With the right network, you can find investment property quickly

Real estate investors are always waiting for the next great deal to come along. Here are some tips for accelerating that process and finding your next investment property fast!

1. Work with more than one real estate agent

Did you know that you can work with more than one agent? Many people don’t even consider it, but it’s a missed opportunity. You should especially look for realtors who have experience with investing, because buying an investment property is different from buying a residence and many realtors don’t realize the distinction.

2. Network, network, network

There are lots of reasons to join local REI clubs and network with other investors and real estate professionals. Not least of all is the fact that they can help you find your next property. Whenever a landlord decides to get out of the real estate investing business or shift his focus to another area or type of property, you will get a chance at purchasing that property if you’ve developed a good working relationship.

3. Let coworkers, friends, and family know that you’re in the market for new properties

Everyone has connections. You might be surprised to find out how much your friends and family can help you, and most of them will be glad to do so. At some point, someone you know is going to know a person who’s putting their house or commercial building up for sale. This is a totally free way to get more leads!

4. Search for short sales and foreclosures online

You already know how to find houses on MLS, but sometimes you can find properties that aren’t listed there by searching auction sites and property records. There are tons of sites out there that can help you search for potential investment properties—you’re not limited to Zillow and Realtor.com.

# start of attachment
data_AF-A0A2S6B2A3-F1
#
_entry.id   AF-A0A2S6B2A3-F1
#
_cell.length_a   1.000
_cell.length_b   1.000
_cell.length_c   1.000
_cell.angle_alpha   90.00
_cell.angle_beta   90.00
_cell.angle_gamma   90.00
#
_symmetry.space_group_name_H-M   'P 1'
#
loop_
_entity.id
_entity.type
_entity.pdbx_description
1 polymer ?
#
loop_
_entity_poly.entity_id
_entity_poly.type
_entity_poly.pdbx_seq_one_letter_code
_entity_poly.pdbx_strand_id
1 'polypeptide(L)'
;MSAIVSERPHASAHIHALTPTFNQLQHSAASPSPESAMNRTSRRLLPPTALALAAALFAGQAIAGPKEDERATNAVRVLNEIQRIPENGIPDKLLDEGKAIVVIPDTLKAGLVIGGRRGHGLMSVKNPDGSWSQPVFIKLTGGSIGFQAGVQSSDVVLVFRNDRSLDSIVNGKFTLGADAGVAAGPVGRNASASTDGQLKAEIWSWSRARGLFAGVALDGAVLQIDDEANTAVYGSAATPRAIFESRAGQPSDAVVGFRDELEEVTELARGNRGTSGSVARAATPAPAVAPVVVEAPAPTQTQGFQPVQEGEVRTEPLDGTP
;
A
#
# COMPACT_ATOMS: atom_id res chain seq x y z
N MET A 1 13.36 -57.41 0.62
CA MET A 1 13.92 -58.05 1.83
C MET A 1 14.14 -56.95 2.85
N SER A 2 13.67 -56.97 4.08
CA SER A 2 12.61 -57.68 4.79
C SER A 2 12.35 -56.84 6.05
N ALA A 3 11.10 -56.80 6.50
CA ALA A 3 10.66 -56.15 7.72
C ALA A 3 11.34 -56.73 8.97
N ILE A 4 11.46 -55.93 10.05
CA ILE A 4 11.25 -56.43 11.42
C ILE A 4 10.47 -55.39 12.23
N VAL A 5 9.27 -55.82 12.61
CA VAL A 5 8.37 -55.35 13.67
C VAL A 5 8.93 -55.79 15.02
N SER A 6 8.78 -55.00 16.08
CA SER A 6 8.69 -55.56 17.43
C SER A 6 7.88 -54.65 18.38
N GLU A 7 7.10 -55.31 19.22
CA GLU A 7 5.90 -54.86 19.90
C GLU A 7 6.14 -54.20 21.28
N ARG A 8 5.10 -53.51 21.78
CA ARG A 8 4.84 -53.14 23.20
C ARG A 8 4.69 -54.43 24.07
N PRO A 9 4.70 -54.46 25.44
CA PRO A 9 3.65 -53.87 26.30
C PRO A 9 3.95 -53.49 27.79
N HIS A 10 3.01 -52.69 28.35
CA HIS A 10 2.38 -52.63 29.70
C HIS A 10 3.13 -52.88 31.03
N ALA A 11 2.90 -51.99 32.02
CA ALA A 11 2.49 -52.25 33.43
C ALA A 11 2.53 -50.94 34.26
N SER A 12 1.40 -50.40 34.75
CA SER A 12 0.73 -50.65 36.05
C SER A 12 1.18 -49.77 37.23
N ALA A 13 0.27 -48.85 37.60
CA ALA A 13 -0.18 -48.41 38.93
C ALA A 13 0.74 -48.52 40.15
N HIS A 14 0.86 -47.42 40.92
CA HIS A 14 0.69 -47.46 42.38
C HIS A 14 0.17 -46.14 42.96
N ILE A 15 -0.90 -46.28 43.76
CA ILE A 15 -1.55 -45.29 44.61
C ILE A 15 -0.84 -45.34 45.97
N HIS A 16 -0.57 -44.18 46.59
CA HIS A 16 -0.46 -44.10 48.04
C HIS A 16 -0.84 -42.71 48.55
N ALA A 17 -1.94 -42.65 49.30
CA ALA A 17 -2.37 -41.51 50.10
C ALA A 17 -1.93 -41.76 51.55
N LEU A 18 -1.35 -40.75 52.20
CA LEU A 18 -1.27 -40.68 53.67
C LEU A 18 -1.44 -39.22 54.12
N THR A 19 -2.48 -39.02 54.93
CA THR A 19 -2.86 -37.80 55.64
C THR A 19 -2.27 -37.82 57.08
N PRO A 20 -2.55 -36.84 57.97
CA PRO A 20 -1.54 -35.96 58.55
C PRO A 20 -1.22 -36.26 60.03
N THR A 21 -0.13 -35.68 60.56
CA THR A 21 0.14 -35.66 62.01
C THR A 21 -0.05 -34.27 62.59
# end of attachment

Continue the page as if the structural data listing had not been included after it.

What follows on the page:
5. Drive around looking for vacant or unkempt properties

Drive, walk, or ride your bike around some neighborhoods in your community. If you see a yard where the grass is knee-high and the siding is falling off, chances are, it’s either vacant or the owner simply cannot care for it. In either case, they may want to sell. Send a personalized letter or knock on the door if there seem to be people there. If it seems totally vacant, you can search around to try to get the phone number of the owner and make an offer they can’t refuse. Be kind, respectful, and courteous, and never try to pressure anyone into selling if they don’t initially want to. If they decline, politely give them your contact info and suggest that they let you know if they ever decide to sell in the future.

6. Call mom and pop landlords who are listing rental properties in the newspaper, on Craigslist, or in other local publications

Casual landlords are often happy to sell their rental properties, and you can easily find their contact information in a variety of ways: Craigslist, local newspapers, signs and flyers around town. There are unique regional ways to find properties for rent, too. For example, my local credit union has a weekly “Swap Sheet” classifieds section that is available for free at the grocery store. Anyone can grab one of these printouts; you don’t even need a subscription like you do for a local newspaper.

2 COMMENTS

  1. These are good tips. I really like the one about driving around looking at the unkept properties. It’s easy to try to scrub the internet looking through listings or foreclosed properties- but doing some legwork like this- you get to see the neighborhood. You get to see the street and the surrounding properties. And who knows. If you knock on the door and someone answers- that’s a lot better than leaving a lot of messages and phone tag.

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